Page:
Your cat will be examined by the vet for underlying illnesses. The doctor may also take a stool sample to determine if there are internal parasites and conduct blood tests to discover possible causes of feline diarrhea.

Other diagnostic exams that vets may undertake to identify the underlying cause of diarrhea include biopsy, endoscopy, ultrasound, cultures, and radiographs. The diagnostic tests and recommended treatment would depend largely on the duration and the seriousness of your pet’s condition.

You can also help the vet have a better understanding of your pet’s condition by giving him/her a detailed history of the disease.

Here are some questions that the vet would likely ask you:

  • When did the diarrhea start? How long has it been going on?

  • How many times a day does your cat pass stool?

  • Have you noticed increased urgency to defecate?

  • Have you seen traces of blood in the stool?

  • Did you make any changes in the cat’s diet?

  • Have you noticed signs of illness like lethargy, loss of appetite, and vomiting?

  • Do you let your cat go outside?

  • Has he been exposed to other animals which may have been sick?

Keep in mind these questions so that you will be able to give the vet a thorough history of your cat’s condition. In doing so, you can help the vet determine an appropriate treatment for your beloved pet.

Cat Diarrhea Prevention

diet for a cat

Now, you may be wondering: “What can I do to prevent my cat from getting diarrhea?”

First, we suggest that you keep him indoors so that he won’t ingest any spoiled food that may harm his digestive system.

Moreover, avoid giving him dairy foods even if he likes them. Cats are notorious for their love of milk and yogurt. But as we’ve mentioned earlier, cats can’t digest milk and other dairy products, so it would be a good idea to keep those products away from him.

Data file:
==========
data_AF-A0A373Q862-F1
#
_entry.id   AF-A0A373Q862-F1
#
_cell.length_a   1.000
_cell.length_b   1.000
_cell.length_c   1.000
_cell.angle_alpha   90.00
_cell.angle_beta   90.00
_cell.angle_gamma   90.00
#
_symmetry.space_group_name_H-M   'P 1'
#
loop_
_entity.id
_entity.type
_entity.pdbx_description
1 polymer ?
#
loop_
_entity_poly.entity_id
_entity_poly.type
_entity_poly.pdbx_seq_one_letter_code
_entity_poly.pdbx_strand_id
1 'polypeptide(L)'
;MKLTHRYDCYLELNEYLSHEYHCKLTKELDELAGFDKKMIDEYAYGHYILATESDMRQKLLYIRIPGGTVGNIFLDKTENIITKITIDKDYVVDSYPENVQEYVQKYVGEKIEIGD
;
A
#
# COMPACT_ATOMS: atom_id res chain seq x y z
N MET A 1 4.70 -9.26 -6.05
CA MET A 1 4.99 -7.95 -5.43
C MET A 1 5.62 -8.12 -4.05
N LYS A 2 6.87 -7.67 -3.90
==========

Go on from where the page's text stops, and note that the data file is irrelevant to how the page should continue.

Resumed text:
Finally, introduce new food into his diet gradually. Mix it with the old food to facilitate an easier transition for his GI tract.

Wrap Up

happy and healthy cat

Healthy cats don’t normally suffer from diarrhea. But when they do, it can be due to many possible causes. Most of the time, changes in their diet and the ingestion of spoiled food are the culprits. But it can also be caused by other factors such as infections, allergies, and systemic ailments.

If your cat doesn’t appear sick even after a bout or two of diarrhea, you can try to ‘rest the gut’ by not feeding him for 12 hours. After the 12-hour fast, introduce bland, fat-free food to him. You can also try natural remedies like chamomile and slippery elm bark.

Is your cat suffering from diarrhea? How lethargic does he seem to be? Have you tried any of our tips? Let us know how it goes for you! Don’t miss out on our next article: how to treat UTI in cats.

About the author
Martha Harvey
Martha Harvey

Martha Harvey is a skilled veterinarian and a member of American Veterinary Medical Association from Greeley, Colorado. She has 20 years experience of working in Animal Hospital. Martha loves all of her patients, but her favorite one is the Russian Blue cat Stitch, who lives with her.